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Submitted by Stomper Kannan
Stomper Kannan sent Stomp a series of photos showing gorgeous photos of the stars he took from Woodlands on Nov 22 at 10pm.
Photos the Stomper sent show the stars glittering in the sky like diamonds on a black pillow.
Other than the mesmerising photos, the Stomper also sent fasinating descriptions of the constellations.
"Stargazers in Singapore will be able to see two of the well known open star clusters in the constellation of Taurus(the Bull) which are believed to be nearest to Earth and most obvious to the naked eye in the night skies, good weather permitting.
"The vista stretches across this constellation beginning at ‘Pleiades’, commonly referred to as the Seven Sisters(Messier 45 or M45) in Astronomy and ending at the ‘Hyades’,also known as Melotte 25 or Collinder 50.
"From Earth, one can see the Hyades Cluster where its brightest stars form a "V" shape(outlining the forehead of the Bull) anchored by the bright star Aldebaran, a red giant star with a yellowish appearance.
"However, Aldebaran is unrelated to the Hyades, as it is located much closer to Earth at a distance of about 54 light years.
"Managed to capture these 2 star clusters as well as the Orion's Belt from Woodlands which can be clearly seen in the night skies if there is no cloud cover. For readers and Editors information, the Nikon P900 was used to locate them if one would like to get a closer view of them. I have also marked the stars individually from the photo I have taken.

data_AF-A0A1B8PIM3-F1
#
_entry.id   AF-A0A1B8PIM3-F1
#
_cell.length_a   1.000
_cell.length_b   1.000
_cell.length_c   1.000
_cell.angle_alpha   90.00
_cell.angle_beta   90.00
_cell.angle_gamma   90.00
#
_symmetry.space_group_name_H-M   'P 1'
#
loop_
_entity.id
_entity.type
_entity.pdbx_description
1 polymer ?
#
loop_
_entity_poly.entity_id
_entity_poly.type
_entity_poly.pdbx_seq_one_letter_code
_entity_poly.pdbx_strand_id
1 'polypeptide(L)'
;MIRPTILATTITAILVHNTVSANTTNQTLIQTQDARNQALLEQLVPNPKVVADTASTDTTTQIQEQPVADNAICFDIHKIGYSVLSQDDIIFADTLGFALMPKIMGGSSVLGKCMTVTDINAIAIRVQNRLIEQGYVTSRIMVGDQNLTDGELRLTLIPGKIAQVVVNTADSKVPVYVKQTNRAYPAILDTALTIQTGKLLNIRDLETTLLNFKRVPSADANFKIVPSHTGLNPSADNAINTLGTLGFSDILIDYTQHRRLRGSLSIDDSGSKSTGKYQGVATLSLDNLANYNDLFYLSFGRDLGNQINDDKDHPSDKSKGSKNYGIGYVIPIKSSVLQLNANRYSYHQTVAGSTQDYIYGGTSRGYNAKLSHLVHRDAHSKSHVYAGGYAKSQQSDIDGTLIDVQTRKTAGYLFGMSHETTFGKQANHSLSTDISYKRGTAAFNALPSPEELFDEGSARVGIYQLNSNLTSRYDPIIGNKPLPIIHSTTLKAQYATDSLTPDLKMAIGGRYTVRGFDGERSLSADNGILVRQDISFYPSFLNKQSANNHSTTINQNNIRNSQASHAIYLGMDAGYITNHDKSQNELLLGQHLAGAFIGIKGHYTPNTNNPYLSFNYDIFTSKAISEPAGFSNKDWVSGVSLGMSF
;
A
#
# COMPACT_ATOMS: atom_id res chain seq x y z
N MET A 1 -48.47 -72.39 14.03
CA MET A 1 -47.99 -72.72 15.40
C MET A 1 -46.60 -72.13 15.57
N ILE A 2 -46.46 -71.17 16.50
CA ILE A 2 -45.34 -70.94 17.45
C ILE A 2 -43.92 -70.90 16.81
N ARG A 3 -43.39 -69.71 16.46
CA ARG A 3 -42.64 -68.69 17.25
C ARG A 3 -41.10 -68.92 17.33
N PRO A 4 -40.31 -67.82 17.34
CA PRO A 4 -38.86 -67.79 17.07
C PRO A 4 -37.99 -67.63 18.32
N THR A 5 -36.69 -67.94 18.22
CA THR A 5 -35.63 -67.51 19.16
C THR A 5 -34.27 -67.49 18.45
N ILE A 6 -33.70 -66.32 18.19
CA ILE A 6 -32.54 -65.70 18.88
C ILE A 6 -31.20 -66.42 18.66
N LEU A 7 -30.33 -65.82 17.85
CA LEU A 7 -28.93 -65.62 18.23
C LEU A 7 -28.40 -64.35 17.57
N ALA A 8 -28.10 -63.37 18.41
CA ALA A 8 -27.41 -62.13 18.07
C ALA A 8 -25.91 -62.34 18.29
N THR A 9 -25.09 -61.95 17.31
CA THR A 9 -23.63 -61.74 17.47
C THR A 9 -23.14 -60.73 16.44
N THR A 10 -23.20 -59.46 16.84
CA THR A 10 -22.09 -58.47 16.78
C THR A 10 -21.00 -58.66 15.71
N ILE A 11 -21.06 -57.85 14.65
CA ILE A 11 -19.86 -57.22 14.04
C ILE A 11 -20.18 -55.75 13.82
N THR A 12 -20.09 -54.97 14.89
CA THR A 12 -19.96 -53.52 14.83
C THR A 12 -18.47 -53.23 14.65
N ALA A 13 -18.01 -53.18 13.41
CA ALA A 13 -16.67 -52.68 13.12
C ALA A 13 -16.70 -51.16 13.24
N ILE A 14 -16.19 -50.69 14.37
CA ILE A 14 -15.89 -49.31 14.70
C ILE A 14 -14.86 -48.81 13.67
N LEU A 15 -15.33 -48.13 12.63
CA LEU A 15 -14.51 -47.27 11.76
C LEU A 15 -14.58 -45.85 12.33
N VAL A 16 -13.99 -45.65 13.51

"The Pleiades star cluster is a group of 800 stars, formed about 100 million years ago and located 410 light-years away from Earth in the constellation Taurus.
"A light-year is the distance light travels in one year, or about 6 trillion miles (10 trillion kilometers).
"One of the brightest stars in the cluster is called Atlas. This star, along with its companion Pleione and their seven daughter stars, make up what we can typically see with the naked eye.
"The brightest stars glow a hot blue and formed within the last 100 million years.
"This means they are extremely luminous and burn out quickly. Scientists estimate these stars will survive for more than 200 million years before they die out.
"The clusters are believed to be best seen during the Northern Hemisphere winter and the Southern Hemisphere summer."
The images taken by the Stomper is a timely reminder for us to appreciate nature once in a while instead of being too consumed in the hustle and bustle of life.
Have a look at the photos in the gallery above.